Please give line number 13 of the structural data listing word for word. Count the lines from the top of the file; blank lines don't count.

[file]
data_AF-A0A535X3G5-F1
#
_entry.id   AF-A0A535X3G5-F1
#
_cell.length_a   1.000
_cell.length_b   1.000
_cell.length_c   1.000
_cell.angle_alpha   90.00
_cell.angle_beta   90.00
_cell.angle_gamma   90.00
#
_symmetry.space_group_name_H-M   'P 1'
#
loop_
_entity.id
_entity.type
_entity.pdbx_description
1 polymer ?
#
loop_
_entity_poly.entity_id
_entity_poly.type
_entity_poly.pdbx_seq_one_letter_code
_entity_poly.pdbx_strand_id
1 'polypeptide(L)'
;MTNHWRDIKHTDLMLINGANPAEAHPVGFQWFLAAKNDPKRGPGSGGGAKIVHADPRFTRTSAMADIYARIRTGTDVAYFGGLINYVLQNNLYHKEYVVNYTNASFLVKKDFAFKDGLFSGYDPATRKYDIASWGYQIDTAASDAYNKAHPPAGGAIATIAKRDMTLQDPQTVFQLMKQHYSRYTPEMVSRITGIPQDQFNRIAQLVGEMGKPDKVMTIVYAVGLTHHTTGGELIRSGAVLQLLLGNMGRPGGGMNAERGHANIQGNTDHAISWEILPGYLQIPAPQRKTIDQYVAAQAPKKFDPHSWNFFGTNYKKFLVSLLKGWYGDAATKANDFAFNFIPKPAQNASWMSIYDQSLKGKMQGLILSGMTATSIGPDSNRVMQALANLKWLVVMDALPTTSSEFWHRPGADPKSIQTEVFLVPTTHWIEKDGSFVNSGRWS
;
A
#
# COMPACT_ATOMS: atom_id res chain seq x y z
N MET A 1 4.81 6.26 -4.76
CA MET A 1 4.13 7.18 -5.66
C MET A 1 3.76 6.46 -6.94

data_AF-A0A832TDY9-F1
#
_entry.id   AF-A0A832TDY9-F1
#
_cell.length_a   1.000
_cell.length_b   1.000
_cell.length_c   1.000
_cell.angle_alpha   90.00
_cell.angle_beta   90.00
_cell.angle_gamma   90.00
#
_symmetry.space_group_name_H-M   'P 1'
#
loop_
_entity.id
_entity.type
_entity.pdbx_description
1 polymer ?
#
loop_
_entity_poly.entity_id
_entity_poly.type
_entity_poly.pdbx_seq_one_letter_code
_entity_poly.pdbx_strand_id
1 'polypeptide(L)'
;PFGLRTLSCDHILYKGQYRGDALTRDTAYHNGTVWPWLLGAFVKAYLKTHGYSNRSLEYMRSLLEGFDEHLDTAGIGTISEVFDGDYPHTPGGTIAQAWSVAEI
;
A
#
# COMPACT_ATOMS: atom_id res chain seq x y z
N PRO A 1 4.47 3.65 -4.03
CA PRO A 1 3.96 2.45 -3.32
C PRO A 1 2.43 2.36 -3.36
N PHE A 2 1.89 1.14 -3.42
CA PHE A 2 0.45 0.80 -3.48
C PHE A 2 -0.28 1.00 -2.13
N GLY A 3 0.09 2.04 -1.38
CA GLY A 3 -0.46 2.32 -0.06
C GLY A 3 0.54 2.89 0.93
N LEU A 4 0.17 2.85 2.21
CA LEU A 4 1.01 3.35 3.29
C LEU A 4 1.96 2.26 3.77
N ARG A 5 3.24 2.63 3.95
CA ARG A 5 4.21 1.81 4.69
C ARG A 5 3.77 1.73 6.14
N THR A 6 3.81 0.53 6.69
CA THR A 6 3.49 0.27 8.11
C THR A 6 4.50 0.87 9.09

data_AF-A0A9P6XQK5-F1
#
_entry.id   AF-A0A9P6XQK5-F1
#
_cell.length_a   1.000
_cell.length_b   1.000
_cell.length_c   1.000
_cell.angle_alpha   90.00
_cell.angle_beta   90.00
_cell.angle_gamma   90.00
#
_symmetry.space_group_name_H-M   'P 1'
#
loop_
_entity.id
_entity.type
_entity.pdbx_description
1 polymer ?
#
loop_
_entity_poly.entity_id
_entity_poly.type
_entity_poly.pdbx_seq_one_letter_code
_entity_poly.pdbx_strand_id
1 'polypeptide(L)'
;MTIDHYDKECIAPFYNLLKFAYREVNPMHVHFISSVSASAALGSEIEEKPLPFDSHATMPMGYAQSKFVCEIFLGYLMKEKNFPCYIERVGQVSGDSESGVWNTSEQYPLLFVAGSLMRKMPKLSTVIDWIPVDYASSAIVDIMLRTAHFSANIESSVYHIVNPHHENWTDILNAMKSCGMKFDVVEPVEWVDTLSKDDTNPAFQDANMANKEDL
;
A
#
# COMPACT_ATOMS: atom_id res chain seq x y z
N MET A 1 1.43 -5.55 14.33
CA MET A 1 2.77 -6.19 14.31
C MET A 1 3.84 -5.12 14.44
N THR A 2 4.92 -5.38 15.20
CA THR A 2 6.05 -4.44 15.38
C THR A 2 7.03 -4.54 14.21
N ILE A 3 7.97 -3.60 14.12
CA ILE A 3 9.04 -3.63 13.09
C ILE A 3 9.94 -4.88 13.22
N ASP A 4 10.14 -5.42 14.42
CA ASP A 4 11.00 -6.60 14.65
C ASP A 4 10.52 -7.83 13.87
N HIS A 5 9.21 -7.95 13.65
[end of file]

#